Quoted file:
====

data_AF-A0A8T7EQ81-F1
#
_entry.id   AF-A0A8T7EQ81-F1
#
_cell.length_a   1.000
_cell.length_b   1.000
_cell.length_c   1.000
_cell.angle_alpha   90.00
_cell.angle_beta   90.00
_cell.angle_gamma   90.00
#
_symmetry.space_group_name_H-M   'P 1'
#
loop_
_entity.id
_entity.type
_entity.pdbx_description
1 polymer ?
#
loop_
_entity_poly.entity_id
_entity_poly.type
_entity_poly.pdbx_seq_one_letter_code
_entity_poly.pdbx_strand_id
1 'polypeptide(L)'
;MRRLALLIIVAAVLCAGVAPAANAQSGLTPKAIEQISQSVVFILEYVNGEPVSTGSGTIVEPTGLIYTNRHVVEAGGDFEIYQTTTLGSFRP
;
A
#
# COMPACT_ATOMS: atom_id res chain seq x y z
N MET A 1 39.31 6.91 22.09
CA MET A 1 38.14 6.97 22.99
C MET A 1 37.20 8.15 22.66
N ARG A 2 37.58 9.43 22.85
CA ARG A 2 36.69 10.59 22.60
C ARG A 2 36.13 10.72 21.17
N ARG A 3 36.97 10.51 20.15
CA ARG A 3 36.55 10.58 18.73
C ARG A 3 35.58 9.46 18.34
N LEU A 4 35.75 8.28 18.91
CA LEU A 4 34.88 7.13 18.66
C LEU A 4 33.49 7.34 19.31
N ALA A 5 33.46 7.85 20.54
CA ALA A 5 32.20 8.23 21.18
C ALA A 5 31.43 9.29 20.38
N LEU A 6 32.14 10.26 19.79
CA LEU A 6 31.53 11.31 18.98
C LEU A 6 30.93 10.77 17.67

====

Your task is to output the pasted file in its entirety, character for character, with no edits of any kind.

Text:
data_AF-A0A8T7EQ81-F1
#
_entry.id   AF-A0A8T7EQ81-F1
#
_cell.length_a   1.000
_cell.length_b   1.000
_cell.length_c   1.000
_cell.angle_alpha   90.00
_cell.angle_beta   90.00
_cell.angle_gamma   90.00
#
_symmetry.space_group_name_H-M   'P 1'
#
loop_
_entity.id
_entity.type
_entity.pdbx_description
1 polymer ?
#
loop_
_entity_poly.entity_id
_entity_poly.type
_entity_poly.pdbx_seq_one_letter_code
_entity_poly.pdbx_strand_id
1 'polypeptide(L)'
;MRRLALLIIVAAVLCAGVAPAANAQSGLTPKAIEQISQSVVFILEYVNGEPVSTGSGTIVEPTGLIYTNRHVVEAGGDFEIYQTTTLGSFRP
;
A
#
# COMPACT_ATOMS: atom_id res chain seq x y z
N MET A 1 39.31 6.91 22.09
CA MET A 1 38.14 6.97 22.99
C MET A 1 37.20 8.15 22.66
N ARG A 2 37.58 9.43 22.85
CA ARG A 2 36.69 10.59 22.60
C ARG A 2 36.13 10.72 21.17
N ARG A 3 36.97 10.51 20.15
CA ARG A 3 36.55 10.58 18.73
C ARG A 3 35.58 9.46 18.34
N LEU A 4 35.75 8.28 18.91
CA LEU A 4 34.88 7.13 18.66
C LEU A 4 33.49 7.34 19.31
N ALA A 5 33.46 7.85 20.54
CA ALA A 5 32.20 8.23 21.18
C ALA A 5 31.43 9.29 20.38
N LEU A 6 32.14 10.26 19.79
CA LEU A 6 31.53 11.31 18.98
C LEU A 6 30.93 10.77 17.67